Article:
3 Ways for Small Businesses to Compete More Effectively with National Brands
It can be difficult for small businesses in any industry to compete against national brands that have name recognition, deep pockets, and finely tuned processes. Big companies have national buying power that often allows them to sell products at a lower price. They also have the ability to test policies and procedures and iterate on them to create a smoothly running machine. Despite these advantages, it is possible for small businesses to compete effectively.
Differentiate yourself on specialty, not price.
It’s tempting to cut prices or take shortcuts on quality when a national company enters your market. Competing on price, though, is rarely the answer, especially when you already have set prices that have worked for your business.
Instead, focus on something that doesn’t fit the larger company’s business model. For example, in homebuilding, despite the fact that 55+ buyers are the largest and most underserved segment, many national builders haven’t taken advantage of the opportunities that exist in the 55+ detached home market. Approximately 32 million Baby Boomers plan to move, according to Metrostudy, and they are expected to make up 30 percent of home buyers this year, according to Realtor.com®. Yet, national builders typically do not focus on small infill projects, building an amenity such as a clubhouse with a pool for a community of 50 homes or buying parcels that yield fewer than 100 lots. This leaves a niche that is perfect for existing smaller builders to fill without having to compete as directly with national builders.
There are similar opportunities in other industries if you focus on what differentiates your business. Highlight the products or services that the national brands don’t do well instead of trying to beat them at their own game. It’ll allow you to maintain your prices and quality without taking a hit from the competition.
Streamline your process.
National brands know and rely on the benefits that come from standardized business models and lower expenses. National businesses spend thousands of dollars perfecting everything from the products they sell and the technology they use to how they train employees and choose new locations.
By instituting detailed policies for every aspect of your business—training, inventory, accounting, marketing and more—you can also benefit from a streamlined process. Also, consider a franchise, which can give you access to the kinds of perfected materials a large, national company is able to create. For example, a homebuilding franchise can give you access to tested floorplans that have been extensively vetted to meet the lifestyle needs of specific groups of buyers, which saves more time and money. A homebuilding franchise may also offer collateral materials like color renderings and 3D tours to go with each plan—tools that could be prohibitively expensive for individual builders to create.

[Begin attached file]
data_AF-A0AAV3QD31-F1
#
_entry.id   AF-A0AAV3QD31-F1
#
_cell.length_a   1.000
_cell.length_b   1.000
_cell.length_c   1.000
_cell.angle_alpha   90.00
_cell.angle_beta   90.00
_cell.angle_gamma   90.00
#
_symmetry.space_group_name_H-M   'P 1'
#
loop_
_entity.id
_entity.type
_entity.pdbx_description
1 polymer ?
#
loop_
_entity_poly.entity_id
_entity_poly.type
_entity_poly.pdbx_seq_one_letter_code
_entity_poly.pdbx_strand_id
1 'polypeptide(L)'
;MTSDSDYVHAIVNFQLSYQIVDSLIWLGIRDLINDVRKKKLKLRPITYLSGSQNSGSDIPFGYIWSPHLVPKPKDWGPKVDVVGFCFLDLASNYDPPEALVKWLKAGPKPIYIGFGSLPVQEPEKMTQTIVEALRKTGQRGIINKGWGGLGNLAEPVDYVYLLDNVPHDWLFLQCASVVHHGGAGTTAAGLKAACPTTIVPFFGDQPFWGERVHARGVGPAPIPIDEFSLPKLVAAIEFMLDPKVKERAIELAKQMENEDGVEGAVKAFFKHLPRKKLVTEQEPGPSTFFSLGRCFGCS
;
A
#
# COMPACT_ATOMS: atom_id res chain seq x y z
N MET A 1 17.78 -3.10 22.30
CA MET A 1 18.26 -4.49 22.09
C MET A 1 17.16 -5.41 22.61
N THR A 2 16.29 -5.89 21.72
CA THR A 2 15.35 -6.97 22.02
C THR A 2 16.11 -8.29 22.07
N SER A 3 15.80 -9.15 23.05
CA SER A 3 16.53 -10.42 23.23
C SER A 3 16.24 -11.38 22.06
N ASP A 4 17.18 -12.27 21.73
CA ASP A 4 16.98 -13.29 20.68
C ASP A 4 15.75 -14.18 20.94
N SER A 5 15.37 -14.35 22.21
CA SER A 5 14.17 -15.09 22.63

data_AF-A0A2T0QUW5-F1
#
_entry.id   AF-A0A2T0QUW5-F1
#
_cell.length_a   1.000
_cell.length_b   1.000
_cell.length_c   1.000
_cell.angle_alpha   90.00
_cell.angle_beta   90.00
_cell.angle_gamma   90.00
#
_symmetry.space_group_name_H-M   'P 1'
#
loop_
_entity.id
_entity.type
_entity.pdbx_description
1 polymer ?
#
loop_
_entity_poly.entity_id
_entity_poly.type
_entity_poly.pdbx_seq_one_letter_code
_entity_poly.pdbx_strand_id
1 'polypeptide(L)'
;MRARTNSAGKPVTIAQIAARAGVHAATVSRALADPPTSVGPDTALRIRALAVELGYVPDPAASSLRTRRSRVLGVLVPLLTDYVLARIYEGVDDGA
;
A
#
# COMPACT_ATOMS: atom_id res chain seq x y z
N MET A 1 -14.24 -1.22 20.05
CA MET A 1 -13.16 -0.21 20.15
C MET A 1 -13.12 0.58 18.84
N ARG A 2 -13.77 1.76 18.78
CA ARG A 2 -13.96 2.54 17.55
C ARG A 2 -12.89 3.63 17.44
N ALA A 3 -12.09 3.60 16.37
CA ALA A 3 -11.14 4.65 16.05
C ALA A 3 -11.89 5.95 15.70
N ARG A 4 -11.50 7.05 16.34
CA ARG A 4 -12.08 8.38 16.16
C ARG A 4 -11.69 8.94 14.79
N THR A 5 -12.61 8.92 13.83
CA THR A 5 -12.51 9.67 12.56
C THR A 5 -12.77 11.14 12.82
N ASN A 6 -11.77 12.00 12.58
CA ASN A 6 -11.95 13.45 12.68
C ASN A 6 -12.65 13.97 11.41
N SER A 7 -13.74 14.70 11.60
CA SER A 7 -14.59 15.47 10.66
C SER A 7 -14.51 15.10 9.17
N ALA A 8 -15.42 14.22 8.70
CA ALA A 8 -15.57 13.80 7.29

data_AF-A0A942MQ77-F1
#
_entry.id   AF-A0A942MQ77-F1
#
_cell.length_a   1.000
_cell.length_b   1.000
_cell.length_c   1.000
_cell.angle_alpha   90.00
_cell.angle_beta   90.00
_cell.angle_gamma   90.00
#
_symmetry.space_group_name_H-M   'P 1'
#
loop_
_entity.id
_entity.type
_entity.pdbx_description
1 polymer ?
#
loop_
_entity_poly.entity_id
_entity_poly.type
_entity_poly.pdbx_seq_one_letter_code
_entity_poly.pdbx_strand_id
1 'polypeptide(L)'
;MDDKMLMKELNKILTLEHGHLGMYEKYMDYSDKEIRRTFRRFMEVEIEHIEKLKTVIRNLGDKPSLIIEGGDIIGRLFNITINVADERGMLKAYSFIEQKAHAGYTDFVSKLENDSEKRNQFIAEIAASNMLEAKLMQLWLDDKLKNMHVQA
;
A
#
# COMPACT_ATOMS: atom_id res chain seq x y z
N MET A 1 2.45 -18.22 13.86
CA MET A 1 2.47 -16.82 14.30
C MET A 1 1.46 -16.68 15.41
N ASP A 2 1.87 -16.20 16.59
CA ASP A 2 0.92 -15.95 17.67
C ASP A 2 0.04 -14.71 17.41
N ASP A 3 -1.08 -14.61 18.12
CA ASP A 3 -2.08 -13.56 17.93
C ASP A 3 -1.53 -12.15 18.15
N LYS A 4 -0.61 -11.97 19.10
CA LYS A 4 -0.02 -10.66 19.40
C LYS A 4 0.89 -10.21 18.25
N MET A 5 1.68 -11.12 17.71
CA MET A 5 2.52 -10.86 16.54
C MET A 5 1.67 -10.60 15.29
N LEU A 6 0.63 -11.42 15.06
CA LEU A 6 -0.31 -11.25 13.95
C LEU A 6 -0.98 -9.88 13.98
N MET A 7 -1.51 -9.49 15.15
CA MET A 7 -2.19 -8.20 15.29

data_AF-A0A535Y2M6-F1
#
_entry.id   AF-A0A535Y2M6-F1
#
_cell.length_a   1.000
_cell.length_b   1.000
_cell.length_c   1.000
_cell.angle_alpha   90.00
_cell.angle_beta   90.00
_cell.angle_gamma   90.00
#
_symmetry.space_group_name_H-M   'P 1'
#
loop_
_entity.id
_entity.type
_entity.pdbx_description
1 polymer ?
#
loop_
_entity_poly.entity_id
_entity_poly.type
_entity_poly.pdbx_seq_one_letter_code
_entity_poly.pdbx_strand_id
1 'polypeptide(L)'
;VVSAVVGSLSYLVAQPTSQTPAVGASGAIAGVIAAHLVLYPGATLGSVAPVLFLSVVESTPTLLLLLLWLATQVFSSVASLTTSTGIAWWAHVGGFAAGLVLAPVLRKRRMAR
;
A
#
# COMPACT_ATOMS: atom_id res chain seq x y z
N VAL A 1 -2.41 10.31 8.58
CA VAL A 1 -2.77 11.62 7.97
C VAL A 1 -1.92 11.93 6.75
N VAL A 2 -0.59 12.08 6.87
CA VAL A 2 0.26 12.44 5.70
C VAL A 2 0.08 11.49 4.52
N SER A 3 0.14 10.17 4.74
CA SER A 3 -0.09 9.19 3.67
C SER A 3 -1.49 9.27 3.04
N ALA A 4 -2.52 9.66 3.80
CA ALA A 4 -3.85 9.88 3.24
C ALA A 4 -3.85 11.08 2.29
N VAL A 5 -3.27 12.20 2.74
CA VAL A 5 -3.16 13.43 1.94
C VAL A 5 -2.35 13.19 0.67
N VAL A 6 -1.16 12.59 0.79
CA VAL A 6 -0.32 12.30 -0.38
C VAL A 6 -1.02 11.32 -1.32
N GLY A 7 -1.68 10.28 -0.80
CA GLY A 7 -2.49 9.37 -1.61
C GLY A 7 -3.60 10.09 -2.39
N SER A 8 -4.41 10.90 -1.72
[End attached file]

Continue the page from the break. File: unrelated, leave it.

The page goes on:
In other industries as well, franchises have the national buying power to lower your supply costs and existing marketing materials to help grow your business. There should be a comprehensive manual that covers hiring, training, inventory, marketing and more. You’ll also typically have access to technology and other tools that the franchisor provides, like a custom POS system, consumer-facing app or 1-800 customer service line.
Increase your sales and marketing.
It may seem counterintuitive to spend more money when you’re competing against a national company with seemingly endless funding, but marketing and sales dollars can drum up the additional business you need. For example, in home building, creating an in-house sales team that exclusively sells your products can enhance your competitiveness with national builders that have used this strategy for decades. In other industries, getting out into the community and sponsoring local school events or charities is a great way to spread the word about your locally owned business.
Resist the urge to begin heavily discounting if it’s something your brand hasn’t done in the past. Once you start offering coupons regularly, it’s hard to sell your products at full price. As previously stated, you don’t want to cut back on quality either. Customers need to trust your business to provide the quality they expect.
When national companies enter a new market, they bring national marketing support, experienced sales and marketing teams, streamlined processes and national buying power. By focusing on a different niche, using detailed policies and spending time and money on sales and marketing, small businesses can compete with national brands.
Article originally posted on kivodaily.com.